On June 5, 2012, the Senate introduced a bill (SCR117) that would amend the New Jersey State Constitution to set the minimum wage at $8.50 per hour with annual adjustments for inflation. As a proposed constitutional amendment, if enacted, it would ultimately be submitted to the general public for a vote at the next general election.
New York City Mayor Bill de Blasio signed into law New York City Council Int. No. 2032-A on September 28, 2020, after the city council passed the bill a few days earlier. The legislation, which took effect on September 30, 2020, amends the New York City Earned Safe and Sick Time Act (ESSTA) and generally aligns the ESSTA with the New York State Sick Leave Law (New York Labor Law § 196-b) (NYSSLL), the accrual provisions of which also took effect on September 30, 2020.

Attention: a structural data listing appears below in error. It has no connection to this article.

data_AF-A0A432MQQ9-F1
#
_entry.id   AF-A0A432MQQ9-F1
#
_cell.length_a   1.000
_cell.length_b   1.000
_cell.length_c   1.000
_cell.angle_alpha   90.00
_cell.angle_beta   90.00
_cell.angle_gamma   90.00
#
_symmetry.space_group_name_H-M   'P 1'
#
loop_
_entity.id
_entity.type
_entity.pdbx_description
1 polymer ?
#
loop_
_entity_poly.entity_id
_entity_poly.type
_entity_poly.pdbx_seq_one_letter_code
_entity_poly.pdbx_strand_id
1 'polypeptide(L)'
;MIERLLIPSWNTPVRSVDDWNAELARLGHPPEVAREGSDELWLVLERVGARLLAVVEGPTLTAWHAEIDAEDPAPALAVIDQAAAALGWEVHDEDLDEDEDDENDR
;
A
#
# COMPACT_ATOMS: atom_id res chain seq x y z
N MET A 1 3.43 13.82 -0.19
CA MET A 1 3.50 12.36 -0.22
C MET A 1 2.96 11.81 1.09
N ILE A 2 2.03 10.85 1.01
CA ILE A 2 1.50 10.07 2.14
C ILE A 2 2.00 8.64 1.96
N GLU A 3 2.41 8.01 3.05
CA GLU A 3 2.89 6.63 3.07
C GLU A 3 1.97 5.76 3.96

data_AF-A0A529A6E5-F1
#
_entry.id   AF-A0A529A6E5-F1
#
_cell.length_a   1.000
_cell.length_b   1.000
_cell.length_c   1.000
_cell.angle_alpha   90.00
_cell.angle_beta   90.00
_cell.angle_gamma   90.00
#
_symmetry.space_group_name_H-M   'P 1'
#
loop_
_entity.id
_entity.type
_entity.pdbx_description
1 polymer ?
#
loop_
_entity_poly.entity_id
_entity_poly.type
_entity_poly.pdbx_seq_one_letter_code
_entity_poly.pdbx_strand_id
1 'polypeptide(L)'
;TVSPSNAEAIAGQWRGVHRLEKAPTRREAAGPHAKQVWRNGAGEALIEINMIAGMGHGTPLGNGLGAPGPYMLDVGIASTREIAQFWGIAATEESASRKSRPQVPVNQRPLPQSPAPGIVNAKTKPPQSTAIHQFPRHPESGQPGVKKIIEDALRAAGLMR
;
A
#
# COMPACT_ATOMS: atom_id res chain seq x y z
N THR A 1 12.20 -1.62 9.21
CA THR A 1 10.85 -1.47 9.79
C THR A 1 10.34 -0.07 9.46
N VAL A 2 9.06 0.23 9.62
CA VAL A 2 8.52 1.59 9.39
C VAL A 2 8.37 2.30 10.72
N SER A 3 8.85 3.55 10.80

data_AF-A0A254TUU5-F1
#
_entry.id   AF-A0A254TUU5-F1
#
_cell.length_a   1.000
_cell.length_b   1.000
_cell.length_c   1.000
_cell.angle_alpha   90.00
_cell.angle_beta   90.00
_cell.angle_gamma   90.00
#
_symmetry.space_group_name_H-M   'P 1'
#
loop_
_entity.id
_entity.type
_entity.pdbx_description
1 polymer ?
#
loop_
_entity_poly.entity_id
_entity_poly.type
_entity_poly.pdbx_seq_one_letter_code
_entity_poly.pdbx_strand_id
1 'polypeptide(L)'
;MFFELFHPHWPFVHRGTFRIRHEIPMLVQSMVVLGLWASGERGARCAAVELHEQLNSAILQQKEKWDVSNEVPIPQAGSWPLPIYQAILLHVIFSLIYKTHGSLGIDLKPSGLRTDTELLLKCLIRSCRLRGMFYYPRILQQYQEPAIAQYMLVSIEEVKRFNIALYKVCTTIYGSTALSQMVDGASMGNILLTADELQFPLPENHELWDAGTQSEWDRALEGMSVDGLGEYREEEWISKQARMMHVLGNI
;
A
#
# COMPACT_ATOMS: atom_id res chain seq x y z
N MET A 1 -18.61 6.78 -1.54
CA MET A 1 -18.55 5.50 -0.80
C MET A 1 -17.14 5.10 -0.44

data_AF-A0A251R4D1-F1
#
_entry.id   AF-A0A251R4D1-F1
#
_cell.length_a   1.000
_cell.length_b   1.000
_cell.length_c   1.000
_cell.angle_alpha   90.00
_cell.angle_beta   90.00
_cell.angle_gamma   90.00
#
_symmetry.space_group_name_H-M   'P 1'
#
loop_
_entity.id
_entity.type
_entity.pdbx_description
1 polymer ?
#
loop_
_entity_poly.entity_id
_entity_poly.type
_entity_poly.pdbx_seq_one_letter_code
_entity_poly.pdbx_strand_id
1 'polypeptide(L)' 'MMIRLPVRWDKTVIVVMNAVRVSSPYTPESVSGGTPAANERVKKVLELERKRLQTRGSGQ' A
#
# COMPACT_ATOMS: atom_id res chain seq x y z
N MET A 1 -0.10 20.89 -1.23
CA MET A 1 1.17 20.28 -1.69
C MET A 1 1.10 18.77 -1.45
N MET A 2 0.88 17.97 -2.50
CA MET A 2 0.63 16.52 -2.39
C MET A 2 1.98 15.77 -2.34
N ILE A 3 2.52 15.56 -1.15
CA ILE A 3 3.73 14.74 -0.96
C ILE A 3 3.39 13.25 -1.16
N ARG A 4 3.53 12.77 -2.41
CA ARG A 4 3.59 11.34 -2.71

On May 14, 2012, a bill (S1933) was introduced in the Senate that would track the federal “Lilly Ledbetter Fair Pay Act of 2009,” as well as the New Jersey Supreme Court’s holding in Alexander v. Seton Hall University, 204 N.J. 219 (2010). The legislation provides that each discriminatory compensation decision or other employment practice that violates the NJLAD occurs anew with each subsequent paycheck the employee receives that reflects the employer’s initial underlying discriminatory pay practice.
On March 16, 2009, the Assembly passed a bill (A3569) that would impose criminal penalties against employers that commit Workers’ Compensation infractions. Within 72 hours of determining that an employer knowingly failed to provide workers’ compensation coverage, misrepresented one or more employees as independent contractors, or provided false, incomplete or misleading information concerning the number